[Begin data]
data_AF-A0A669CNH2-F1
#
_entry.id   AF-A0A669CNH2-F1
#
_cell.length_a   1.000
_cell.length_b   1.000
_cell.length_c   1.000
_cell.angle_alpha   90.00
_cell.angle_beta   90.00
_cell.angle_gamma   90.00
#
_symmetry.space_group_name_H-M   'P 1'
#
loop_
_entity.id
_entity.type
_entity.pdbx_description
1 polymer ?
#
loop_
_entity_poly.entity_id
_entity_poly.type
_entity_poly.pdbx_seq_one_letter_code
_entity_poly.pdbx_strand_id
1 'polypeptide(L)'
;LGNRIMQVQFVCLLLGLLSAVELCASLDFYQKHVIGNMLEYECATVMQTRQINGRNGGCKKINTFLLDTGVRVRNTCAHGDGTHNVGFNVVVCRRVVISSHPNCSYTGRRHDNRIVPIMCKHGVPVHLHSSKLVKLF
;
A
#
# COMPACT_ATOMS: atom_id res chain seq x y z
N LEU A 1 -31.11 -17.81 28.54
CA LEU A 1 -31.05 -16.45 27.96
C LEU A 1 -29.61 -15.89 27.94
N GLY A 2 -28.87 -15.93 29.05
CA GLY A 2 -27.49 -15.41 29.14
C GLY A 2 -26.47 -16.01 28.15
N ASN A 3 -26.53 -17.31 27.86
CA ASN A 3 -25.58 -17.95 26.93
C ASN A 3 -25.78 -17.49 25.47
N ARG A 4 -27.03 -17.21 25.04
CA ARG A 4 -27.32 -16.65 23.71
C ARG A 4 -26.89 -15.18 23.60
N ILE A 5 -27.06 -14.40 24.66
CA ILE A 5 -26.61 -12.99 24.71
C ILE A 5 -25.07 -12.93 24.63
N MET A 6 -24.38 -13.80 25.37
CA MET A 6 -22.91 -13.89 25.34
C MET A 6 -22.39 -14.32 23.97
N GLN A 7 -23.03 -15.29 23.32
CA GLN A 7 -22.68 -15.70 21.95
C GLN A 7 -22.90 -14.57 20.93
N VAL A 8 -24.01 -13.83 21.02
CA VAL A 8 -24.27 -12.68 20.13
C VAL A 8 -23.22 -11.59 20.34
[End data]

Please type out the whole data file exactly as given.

data_AF-A0A669CNH2-F1
#
_entry.id   AF-A0A669CNH2-F1
#
_cell.length_a   1.000
_cell.length_b   1.000
_cell.length_c   1.000
_cell.angle_alpha   90.00
_cell.angle_beta   90.00
_cell.angle_gamma   90.00
#
_symmetry.space_group_name_H-M   'P 1'
#
loop_
_entity.id
_entity.type
_entity.pdbx_description
1 polymer ?
#
loop_
_entity_poly.entity_id
_entity_poly.type
_entity_poly.pdbx_seq_one_letter_code
_entity_poly.pdbx_strand_id
1 'polypeptide(L)'
;LGNRIMQVQFVCLLLGLLSAVELCASLDFYQKHVIGNMLEYECATVMQTRQINGRNGGCKKINTFLLDTGVRVRNTCAHGDGTHNVGFNVVVCRRVVISSHPNCSYTGRRHDNRIVPIMCKHGVPVHLHSSKLVKLF
;
A
#
# COMPACT_ATOMS: atom_id res chain seq x y z
N LEU A 1 -31.11 -17.81 28.54
CA LEU A 1 -31.05 -16.45 27.96
C LEU A 1 -29.61 -15.89 27.94
N GLY A 2 -28.87 -15.93 29.05
CA GLY A 2 -27.49 -15.41 29.14
C GLY A 2 -26.47 -16.01 28.15
N ASN A 3 -26.53 -17.31 27.86
CA ASN A 3 -25.58 -17.95 26.93
C ASN A 3 -25.78 -17.49 25.47
N ARG A 4 -27.03 -17.21 25.04
CA ARG A 4 -27.32 -16.65 23.71
C ARG A 4 -26.89 -15.18 23.60
N ILE A 5 -27.06 -14.40 24.66
CA ILE A 5 -26.61 -12.99 24.71
C ILE A 5 -25.07 -12.93 24.63
N MET A 6 -24.38 -13.80 25.37
CA MET A 6 -22.91 -13.89 25.34
C MET A 6 -22.39 -14.32 23.97
N GLN A 7 -23.03 -15.29 23.32
CA GLN A 7 -22.68 -15.70 21.95
C GLN A 7 -22.90 -14.57 20.93
N VAL A 8 -24.01 -13.83 21.02
CA VAL A 8 -24.27 -12.68 20.13
C VAL A 8 -23.22 -11.59 20.34